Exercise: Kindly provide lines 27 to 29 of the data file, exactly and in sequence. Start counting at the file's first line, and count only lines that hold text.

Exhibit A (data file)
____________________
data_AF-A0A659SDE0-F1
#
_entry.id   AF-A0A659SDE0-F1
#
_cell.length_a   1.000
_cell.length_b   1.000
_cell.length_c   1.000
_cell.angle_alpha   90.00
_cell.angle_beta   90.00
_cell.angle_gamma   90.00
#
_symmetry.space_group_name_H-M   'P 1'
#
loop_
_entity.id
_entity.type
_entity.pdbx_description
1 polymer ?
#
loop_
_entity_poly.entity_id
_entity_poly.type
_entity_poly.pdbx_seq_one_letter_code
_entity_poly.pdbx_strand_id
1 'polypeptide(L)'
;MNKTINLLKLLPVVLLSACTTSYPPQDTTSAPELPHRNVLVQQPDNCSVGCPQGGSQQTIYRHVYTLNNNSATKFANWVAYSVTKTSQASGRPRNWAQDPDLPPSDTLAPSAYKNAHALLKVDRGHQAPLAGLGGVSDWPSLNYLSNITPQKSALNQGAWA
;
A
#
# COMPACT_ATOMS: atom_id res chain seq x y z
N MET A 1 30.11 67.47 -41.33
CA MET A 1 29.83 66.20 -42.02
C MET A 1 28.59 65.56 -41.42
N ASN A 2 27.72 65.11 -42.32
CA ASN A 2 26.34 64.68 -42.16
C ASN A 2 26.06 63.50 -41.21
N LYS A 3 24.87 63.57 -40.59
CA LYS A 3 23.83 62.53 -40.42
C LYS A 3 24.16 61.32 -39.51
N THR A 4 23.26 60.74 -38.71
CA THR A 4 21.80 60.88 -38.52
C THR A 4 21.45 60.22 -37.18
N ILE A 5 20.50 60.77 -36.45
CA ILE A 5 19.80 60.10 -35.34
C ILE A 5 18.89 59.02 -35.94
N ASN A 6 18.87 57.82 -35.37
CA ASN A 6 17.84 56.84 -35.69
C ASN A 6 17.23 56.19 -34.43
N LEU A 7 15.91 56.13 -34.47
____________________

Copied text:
;
A
#